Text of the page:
Books Magazine

And So to Bed

By Ashleylister @ashleylister
 by Ashley Lister
 OMG. WTF? FFS. There are some days when I despise modern life. Admittedly, I ♥ my smartphone, and I love broadband, microwave pizza and instant porn downloads. But I despise what our modern world is becoming.
And so to bedThis week’s theme is ‘under the bed’. In a bid to do some thorough research I looked beneath my own bed. There are dust-bunnies there the size of direwolf puppies. I found a couple of socks that I’d thought lost. And I encountered a spider the size of Aragog.
But I didn’t find much in the way of inspiration.
So I tried looking on Google. I searched for the phrase “and so to bed”. This is the line immortalised by diarist Samuel Pepys. True, he wasn’t really a poet and therefore it's not wholly apposite for this blog. But Pepys was a social commentator and his works are considered literary classics in that they can be read to illustrate typical interpretations of life in seventeenth century London.
Pepys frequently concluded his diary entries with the phrase: and so to bed. It’s a seventeenth century end-of-chapter catchphrase on a par with Forest Gump’s “That’s all I have to say about that,” or The Beverley Hillbillies exhortation: "Y'all come back now, y'hear," or the parting lines from each episode of the Adam West Batman series: "same bat-time, same bat-channel."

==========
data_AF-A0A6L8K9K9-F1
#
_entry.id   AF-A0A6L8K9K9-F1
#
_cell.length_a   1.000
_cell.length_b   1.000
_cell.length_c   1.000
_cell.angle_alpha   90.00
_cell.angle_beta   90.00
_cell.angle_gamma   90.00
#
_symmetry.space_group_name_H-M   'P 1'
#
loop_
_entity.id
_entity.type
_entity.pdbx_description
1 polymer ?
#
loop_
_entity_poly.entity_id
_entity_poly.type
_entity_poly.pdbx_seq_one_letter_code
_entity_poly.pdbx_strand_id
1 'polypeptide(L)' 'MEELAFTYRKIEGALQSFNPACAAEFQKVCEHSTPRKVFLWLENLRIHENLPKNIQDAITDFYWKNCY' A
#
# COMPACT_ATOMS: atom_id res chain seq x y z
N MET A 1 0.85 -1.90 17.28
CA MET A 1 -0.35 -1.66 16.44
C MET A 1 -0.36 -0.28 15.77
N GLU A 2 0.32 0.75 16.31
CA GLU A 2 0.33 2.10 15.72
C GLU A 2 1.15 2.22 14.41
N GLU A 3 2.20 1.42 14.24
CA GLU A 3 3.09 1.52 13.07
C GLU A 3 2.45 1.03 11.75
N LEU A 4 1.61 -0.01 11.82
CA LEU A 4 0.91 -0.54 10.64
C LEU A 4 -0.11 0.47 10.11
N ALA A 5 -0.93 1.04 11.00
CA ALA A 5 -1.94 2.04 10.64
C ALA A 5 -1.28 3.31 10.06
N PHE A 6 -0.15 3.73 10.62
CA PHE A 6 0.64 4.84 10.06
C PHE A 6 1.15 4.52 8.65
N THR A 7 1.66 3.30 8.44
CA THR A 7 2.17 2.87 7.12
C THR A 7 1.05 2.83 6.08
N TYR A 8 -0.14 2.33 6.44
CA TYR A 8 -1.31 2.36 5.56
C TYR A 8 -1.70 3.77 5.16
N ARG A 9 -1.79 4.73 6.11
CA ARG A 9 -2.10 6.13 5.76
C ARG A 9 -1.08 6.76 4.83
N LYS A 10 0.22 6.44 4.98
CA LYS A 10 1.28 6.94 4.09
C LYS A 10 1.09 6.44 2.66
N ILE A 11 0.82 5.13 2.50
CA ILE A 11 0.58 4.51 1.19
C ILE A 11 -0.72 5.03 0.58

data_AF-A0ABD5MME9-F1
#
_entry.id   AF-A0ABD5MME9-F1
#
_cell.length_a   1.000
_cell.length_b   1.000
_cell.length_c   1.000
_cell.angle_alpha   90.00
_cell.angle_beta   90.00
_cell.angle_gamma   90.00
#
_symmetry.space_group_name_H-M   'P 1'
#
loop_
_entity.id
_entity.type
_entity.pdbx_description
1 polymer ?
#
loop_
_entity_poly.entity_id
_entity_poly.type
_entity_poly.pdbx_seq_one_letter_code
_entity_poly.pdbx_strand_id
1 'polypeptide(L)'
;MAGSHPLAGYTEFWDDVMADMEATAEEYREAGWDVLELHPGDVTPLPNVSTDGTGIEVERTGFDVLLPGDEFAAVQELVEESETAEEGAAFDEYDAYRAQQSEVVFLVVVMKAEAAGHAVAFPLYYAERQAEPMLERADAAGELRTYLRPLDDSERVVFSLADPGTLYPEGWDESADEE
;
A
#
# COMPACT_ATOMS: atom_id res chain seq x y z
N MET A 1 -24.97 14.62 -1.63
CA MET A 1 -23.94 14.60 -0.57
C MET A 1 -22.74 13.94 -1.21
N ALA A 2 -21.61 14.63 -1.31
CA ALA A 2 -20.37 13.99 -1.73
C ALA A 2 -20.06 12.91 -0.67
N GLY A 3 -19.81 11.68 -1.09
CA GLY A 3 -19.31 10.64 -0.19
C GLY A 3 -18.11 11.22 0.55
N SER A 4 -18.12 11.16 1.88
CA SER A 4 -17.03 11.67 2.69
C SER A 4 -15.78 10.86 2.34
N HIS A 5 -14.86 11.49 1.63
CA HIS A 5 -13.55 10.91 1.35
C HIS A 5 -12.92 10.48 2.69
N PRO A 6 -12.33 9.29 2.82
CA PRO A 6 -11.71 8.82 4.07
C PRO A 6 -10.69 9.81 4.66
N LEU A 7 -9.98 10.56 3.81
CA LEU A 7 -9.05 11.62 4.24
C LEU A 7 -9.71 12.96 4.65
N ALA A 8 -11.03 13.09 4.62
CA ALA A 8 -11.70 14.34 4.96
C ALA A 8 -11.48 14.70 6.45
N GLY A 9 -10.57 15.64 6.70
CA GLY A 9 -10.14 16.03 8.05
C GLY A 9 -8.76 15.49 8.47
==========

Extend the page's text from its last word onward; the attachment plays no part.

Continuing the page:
But Google does not list Pepys as the top item associated with the phrase 'and so to bed.' Instead, Google provides links to a chain of bed shops called: And so to bed.
I have nothing against bed shops (or any other establishments) going for whacky names. I have nothing against the pages of our literary heritage being raped and pillaged to provide titles for erstwhile anodyne retail outlets. I just feel a little saddened that Pepys's works will in future years be associated with a bed shop.
What next?
Joseph Conrad’s spooky DVD rentals: “The horror! The horror!”
Shakespeare’s double-glazing company: “What light through yonder window breaks?”
Chaucer’s bathroom fittings: "The wife of Bath."
Further suggestions for such literary bastardisations would be appreciated in the comments box below.

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